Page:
Milk: Legislation threat if dairy code fails

Milk protest
Image caption A milk protest took place in Cardiff last July

Legislation binding contracts between dairy farmers and milk processors must be drawn up if a voluntary code of practice fails, say MPs.

The Welsh affairs committee said an estimated 85% of British milk was bound by the voluntary code agreed between processors and farmers.

It followed protests last summer by milk producers from around the UK over falling prices.

NFU Cymru said the code was working at the moment.

Farming leaders and processors agreed the code last September.

Processors must allow 30 days' notice of a cut to a farmer's price or other significant changes to contractual terms.

Farmers can also terminate their contract with processors on three months' notice if they disagree with a proposed price cut or significant change to contractual terms. Previously, they had to give a year's notice.

The code also encourages processors to engage with producers via democratically accountable and representative producer groups.

"The new voluntary code of practice is an important step forward to redress the balance in the contractual relationship between dairy producer and purchaser," said the Welsh affairs committee report.

"All dairy processors who have not yet signed the voluntary code should do so.

"The code must be given time to work. The UK government should set out precisely when and how it intends to measure the success or failure of the voluntary code.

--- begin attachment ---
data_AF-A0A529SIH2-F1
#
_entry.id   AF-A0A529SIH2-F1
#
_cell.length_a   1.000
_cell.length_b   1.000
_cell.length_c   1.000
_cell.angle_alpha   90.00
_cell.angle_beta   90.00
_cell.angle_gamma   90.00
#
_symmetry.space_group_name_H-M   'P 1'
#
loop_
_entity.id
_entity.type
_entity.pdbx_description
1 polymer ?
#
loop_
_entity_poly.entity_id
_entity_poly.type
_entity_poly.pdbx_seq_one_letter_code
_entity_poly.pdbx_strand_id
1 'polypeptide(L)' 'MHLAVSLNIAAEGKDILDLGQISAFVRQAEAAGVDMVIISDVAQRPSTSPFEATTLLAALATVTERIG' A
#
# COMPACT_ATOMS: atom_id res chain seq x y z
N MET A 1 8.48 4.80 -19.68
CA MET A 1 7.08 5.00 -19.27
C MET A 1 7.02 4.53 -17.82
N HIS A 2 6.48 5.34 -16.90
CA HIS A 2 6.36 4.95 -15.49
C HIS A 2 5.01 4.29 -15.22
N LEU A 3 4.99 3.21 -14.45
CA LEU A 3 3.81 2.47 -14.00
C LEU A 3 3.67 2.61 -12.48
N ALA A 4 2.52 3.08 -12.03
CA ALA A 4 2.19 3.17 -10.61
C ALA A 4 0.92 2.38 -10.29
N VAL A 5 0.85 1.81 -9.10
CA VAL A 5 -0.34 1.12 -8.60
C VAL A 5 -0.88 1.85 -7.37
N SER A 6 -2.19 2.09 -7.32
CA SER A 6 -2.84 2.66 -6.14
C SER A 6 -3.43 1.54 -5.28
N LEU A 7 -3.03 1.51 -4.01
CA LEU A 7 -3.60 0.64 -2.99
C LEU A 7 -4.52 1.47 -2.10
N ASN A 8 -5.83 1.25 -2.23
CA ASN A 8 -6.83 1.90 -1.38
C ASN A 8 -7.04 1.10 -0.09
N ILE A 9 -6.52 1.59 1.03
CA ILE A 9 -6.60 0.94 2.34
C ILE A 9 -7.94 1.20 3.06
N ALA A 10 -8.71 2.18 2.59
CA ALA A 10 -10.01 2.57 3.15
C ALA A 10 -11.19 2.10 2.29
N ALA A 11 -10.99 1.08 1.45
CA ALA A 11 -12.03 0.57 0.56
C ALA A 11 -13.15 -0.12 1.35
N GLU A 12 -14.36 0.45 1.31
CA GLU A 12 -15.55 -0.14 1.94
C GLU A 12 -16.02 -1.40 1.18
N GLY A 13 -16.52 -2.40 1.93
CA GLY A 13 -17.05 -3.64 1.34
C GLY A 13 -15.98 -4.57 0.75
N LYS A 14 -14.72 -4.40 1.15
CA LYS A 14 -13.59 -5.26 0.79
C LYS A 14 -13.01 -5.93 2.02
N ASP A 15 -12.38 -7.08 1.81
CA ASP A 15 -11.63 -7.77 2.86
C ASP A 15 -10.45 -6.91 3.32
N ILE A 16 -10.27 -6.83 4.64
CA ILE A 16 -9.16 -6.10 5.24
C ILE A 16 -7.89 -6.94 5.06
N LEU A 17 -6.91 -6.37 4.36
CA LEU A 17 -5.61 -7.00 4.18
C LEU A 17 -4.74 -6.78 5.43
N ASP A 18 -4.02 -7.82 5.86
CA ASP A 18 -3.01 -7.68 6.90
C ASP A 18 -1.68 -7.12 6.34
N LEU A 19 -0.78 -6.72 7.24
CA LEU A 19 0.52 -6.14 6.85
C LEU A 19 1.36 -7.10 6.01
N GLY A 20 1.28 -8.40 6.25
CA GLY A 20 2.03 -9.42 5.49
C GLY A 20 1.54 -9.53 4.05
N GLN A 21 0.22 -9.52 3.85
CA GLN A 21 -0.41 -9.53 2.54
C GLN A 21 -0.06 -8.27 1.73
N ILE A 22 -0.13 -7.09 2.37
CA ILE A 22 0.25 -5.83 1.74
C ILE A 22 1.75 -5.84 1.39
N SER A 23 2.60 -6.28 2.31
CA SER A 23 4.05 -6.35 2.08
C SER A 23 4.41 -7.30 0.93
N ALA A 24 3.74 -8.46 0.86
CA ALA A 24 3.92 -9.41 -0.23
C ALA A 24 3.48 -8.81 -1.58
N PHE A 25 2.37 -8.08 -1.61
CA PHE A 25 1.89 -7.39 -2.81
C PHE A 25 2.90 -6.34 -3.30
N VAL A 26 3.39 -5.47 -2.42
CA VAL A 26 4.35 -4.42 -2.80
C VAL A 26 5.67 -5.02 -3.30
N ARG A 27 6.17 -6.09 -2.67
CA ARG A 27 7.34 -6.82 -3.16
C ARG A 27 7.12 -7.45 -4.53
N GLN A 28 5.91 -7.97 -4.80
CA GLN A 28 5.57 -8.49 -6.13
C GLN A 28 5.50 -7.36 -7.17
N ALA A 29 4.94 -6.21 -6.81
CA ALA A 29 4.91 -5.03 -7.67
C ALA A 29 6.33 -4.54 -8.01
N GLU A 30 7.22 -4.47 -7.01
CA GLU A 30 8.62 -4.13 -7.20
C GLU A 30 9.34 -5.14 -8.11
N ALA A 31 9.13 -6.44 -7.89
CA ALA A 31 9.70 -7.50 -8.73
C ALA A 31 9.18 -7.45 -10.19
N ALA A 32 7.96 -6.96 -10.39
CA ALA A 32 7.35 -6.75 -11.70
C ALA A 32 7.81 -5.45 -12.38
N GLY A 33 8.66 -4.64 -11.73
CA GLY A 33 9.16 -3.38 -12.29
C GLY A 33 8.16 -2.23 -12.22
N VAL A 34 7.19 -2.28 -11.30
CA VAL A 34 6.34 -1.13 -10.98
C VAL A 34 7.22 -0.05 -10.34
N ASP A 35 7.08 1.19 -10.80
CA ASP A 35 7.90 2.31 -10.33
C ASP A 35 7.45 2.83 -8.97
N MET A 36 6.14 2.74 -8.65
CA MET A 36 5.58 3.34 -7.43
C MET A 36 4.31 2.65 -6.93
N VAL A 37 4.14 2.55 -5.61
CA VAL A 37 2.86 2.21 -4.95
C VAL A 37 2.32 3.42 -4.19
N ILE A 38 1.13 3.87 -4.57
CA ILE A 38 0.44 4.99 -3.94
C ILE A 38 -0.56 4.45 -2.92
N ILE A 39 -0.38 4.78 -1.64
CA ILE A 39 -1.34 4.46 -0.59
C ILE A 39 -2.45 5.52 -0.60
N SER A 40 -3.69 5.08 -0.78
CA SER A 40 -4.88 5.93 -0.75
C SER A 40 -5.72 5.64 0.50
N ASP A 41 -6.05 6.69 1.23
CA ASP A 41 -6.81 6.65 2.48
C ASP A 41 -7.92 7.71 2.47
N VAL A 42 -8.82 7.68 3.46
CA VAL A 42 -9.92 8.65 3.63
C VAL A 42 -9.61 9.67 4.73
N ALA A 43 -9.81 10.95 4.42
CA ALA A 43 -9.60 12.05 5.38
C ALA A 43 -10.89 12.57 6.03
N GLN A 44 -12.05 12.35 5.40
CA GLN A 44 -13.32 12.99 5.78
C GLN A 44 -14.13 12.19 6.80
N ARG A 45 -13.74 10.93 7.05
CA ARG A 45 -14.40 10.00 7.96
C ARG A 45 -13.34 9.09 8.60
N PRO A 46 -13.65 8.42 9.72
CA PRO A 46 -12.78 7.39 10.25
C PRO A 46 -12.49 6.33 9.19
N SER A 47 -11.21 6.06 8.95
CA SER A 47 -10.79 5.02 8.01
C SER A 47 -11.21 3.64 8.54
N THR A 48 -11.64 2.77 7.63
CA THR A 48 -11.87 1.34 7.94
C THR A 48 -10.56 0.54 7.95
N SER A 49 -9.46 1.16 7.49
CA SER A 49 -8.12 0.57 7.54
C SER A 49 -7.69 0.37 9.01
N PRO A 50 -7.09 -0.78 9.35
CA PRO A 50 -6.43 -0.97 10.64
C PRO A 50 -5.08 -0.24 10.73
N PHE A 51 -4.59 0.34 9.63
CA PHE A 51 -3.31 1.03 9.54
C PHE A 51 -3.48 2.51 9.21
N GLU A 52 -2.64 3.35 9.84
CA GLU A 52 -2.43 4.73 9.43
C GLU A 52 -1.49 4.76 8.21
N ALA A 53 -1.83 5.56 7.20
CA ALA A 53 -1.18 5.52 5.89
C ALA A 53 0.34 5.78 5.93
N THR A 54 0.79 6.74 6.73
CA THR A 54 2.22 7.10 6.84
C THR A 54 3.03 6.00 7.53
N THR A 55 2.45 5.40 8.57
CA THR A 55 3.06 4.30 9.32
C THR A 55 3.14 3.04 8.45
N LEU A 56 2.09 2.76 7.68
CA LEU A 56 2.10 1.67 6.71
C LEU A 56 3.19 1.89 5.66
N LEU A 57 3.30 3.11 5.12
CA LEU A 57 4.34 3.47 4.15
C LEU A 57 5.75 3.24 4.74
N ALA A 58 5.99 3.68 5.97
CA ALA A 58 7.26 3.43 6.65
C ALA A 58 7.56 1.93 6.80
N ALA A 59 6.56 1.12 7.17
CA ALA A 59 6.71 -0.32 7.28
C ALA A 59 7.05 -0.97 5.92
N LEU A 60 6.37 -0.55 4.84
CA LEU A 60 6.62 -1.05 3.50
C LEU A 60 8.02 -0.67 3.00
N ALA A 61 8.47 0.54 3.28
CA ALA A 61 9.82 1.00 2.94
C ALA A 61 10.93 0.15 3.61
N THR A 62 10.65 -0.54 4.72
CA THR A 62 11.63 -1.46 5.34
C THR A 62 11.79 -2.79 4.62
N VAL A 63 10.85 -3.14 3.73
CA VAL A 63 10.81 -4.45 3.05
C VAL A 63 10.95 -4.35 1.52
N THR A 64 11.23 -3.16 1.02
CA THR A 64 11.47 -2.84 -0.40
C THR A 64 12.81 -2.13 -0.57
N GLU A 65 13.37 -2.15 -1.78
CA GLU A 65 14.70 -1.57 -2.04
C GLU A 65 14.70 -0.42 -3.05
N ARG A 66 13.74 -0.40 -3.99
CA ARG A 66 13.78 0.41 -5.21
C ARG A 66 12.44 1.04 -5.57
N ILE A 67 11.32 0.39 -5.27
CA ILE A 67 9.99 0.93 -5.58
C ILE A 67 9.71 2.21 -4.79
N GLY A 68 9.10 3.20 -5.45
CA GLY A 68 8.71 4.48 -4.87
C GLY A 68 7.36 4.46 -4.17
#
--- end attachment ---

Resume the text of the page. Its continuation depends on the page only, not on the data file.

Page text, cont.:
"Should the voluntary code fail in its objectives, the UK government must legislate for a statutory code of contracts in the dairy industry.

"The committee prefers such a measure to be taken in co-operation with the Welsh government, in the spirit of the joint working that has taken place since the summer 2012 crisis."

Milk price pressures came to a head last summer.

A combination of depressed markets for products like cream, poor weather during the winter of 2011-12 and high forage and feed costs meant that, by the first quarter of 2012, the average farm gate price of milk was 28.6p per litre (ppl) while the average cost of production was 30ppl.

Then in May and June dairy processors - including Dairy Crest, Robert Wiseman, Arla and Müller - announced price cuts to dairy producers of about 2ppl, to a low of 26.4ppl.

A further blow came when some processors announced additional price cuts of 2ppl from 1 August, but following protests this was scrapped.

Farmers are now being paid about 30ppl for producing milk, says Stephen James, deputy president of NFU Cymru.

"The majority of processors have signed up to the voluntary code, but there are some who haven't," added Mr James, who farms near Narberth in Pembrokeshire.

"If there was a government threat to introduce legislation it would speed up the process of more processors signing the voluntary code."

Mr James said farmers, who were still deserting the industry, would prefer a statutory code of contracts but it would take time to get the legislation through parliament.

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